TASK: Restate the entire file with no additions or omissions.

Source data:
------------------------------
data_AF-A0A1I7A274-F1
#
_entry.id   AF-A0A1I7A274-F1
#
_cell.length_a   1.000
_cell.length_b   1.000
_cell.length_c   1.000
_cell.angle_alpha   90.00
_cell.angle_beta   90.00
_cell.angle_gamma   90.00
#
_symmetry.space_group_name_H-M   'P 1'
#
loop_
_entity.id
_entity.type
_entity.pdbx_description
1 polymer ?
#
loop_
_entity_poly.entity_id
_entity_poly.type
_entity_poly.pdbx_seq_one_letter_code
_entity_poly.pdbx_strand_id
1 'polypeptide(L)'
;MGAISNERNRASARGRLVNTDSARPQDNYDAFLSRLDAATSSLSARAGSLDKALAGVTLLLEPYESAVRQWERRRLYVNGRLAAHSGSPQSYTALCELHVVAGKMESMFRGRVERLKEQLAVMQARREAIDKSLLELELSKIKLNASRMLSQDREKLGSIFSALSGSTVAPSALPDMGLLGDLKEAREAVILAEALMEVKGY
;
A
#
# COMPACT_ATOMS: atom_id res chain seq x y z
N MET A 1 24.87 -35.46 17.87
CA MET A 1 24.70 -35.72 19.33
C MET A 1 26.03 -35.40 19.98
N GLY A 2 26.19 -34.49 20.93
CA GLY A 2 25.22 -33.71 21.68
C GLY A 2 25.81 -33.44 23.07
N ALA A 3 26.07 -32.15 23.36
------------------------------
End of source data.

data_AF-A0A1I7A274-F1
#
_entry.id   AF-A0A1I7A274-F1
#
_cell.length_a   1.000
_cell.length_b   1.000
_cell.length_c   1.000
_cell.angle_alpha   90.00
_cell.angle_beta   90.00
_cell.angle_gamma   90.00
#
_symmetry.space_group_name_H-M   'P 1'
#
loop_
_entity.id
_entity.type
_entity.pdbx_description
1 polymer ?
#
loop_
_entity_poly.entity_id
_entity_poly.type
_entity_poly.pdbx_seq_one_letter_code
_entity_poly.pdbx_strand_id
1 'polypeptide(L)'
;MGAISNERNRASARGRLVNTDSARPQDNYDAFLSRLDAATSSLSARAGSLDKALAGVTLLLEPYESAVRQWERRRLYVNGRLAAHSGSPQSYTALCELHVVAGKMESMFRGRVERLKEQLAVMQARREAIDKSLLELELSKIKLNASRMLSQDREKLGSIFSALSGSTVAPSALPDMGLLGDLKEAREAVILAEALMEVKGY
;
A
#
# COMPACT_ATOMS: atom_id res chain seq x y z
N MET A 1 24.87 -35.46 17.87
CA MET A 1 24.70 -35.72 19.33
C MET A 1 26.03 -35.40 19.98
N GLY A 2 26.19 -34.49 20.93
CA GLY A 2 25.22 -33.71 21.68
C GLY A 2 25.81 -33.44 23.07
N ALA A 3 26.07 -32.15 23.36